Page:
2. Thanks for the review, but this book doesn’t work for me because I usually need to make a website with a 3 column front page and 2 column inside page. I have never found a book on CSS that explained in detail with code (not just in theory) how to build a 3 or more column website. Any suggestions would be much appreciated. 😉

    • Dawn
      thanks for the comments. For multiple column layouts, there are several places to look. I think one of Eric Meyer’s books has some examples, but not 100% sure, so let me check on that and I’ll let you know. This tutorial gives one approach to a 3 column layout – http://webdesign.about.com/od/csstutorials/ss/css_layout_sbs.htm

      I’ve seen other detailed tutorials around the web but don’t remember off the top of my head. I’ll post as soon as I find them.

      Hope you continue to enjoy the blog! 🙂

    • There is a book that covers 3-column CSS layouts in detail. First a little background…

      I’m very fond of books covering modern web technologies. Out of curiosity I just went and counted them up – more than 39 of them in total, all published since 2004 and all geared towards web standards, covering: XHTML, CSS, JavaScript, PHP, Ajax, MySQL, Apache, SVN, Git and Regular Expressions. I’ve actually read most of them cover to cover and some of them multiple times. I have acquired some favorite authors and books and can offer some strong recommendations.

      Specifically regarding your question of 3-column layouts (I assume you would like them to be fluid), and the subject of hand-coded HTML/CSS markup, I’ve found the books by Dan Cederholm to be nothing short of suburb. I would recommend two in particular: “Bulletproof Web Design” (2nd edition 2007) and “Handcrafted CSS” (1st edition 2009). These two books could really be renamed Bulletproof Web design part 1 and part 2, because they flow into each other so well. They cover in detail (with commented example code) fluid designs for one, two and three columns. If you can only read one of these, read the most recent one: “Handcrafted CSS”.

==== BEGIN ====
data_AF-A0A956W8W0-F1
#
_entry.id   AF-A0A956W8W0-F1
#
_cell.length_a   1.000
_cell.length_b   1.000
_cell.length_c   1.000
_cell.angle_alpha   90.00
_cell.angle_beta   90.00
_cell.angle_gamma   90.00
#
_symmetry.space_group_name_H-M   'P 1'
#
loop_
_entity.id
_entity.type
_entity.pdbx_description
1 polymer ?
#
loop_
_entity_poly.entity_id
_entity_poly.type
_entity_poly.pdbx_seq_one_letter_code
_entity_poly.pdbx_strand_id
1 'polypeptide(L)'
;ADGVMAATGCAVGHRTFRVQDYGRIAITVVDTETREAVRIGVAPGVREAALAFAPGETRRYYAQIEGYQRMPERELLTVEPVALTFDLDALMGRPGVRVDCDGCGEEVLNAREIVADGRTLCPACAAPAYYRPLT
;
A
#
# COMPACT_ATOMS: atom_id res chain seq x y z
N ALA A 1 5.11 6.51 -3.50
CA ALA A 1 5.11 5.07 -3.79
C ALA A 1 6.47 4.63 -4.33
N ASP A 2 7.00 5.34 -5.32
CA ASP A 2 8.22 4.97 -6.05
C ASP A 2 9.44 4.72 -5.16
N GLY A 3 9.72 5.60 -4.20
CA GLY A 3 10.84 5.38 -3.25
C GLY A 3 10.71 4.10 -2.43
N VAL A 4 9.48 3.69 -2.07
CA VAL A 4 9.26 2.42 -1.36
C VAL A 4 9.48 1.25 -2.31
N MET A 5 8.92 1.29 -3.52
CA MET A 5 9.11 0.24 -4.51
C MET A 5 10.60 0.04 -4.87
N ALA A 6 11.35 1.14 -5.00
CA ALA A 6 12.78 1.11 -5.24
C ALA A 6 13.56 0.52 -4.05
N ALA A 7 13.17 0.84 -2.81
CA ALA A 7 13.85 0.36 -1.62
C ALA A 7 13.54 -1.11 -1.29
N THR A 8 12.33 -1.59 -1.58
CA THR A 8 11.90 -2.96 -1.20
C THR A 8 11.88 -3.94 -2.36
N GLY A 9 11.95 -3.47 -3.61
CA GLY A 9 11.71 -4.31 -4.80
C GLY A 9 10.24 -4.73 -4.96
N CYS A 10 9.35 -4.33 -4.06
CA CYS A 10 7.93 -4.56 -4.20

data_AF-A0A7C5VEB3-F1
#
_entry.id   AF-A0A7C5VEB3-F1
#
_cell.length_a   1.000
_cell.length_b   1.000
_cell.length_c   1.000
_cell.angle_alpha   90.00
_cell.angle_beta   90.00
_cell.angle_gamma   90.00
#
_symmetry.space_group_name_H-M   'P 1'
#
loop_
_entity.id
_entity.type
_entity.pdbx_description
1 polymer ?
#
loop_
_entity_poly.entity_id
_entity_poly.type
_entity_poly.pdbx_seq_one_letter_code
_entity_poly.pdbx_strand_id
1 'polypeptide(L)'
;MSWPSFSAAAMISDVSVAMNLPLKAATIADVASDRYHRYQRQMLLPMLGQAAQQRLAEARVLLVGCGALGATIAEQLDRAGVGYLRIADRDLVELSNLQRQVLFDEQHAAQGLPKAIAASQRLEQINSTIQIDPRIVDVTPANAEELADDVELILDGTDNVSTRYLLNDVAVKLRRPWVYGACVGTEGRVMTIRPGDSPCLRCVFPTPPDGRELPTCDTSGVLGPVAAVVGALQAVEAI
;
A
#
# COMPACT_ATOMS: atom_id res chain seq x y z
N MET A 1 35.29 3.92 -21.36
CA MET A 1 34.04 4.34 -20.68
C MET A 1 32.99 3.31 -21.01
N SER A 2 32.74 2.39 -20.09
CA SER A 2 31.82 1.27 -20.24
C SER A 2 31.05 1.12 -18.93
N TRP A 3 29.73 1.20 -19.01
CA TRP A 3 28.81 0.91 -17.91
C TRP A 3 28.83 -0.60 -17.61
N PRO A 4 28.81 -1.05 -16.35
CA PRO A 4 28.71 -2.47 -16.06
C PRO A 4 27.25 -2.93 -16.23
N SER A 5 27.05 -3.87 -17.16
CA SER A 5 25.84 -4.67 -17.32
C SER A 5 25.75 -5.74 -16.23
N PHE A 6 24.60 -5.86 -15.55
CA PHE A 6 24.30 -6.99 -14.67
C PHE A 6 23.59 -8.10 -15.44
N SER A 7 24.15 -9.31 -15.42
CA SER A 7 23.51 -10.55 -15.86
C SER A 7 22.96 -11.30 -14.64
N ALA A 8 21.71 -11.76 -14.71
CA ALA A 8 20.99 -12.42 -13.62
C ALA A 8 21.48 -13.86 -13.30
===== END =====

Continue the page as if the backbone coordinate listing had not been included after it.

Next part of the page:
The latest thing with CSS layout is using fluid grids. In Dan’s most recent book above, the chapter covering fluid-grid layout is actually written by Ethan Marcotte. You can read about some aspects of this technique in his recent list-apart article:



      p.s. The two books mentioned above are both in *color* with excellent screenshots, illustrations and markup syntax highlighting. Highly recommended!

  3. Hi, Mary (and Mary),
    How is the land Down Under treating you?
    I am trying to move my job’s layout from ASPX to WordPress. So far it is a lot easier thanks to the user community and widgets and themes. Thanks for the tutorials — will let you know how it goes.
    G-day, Dawn

    • Dawn
      We haven’t made the move yet, probably around July 1, it’s definitely exciting!

      The WordPress community is amazing and all the widgets and plugins available make implementing different things very easy.

      Ping me if you need any help. Hope all is well with you 🙂


  4. I kept meaning to learn XHTML, thinking it would be the future of the web, and then HTML5 caught on before I could get around to it!

    Dawn, how did your move go? I ended up converting all of my sites to WordPress; it’s just a lot easier to deal when when you need to update things.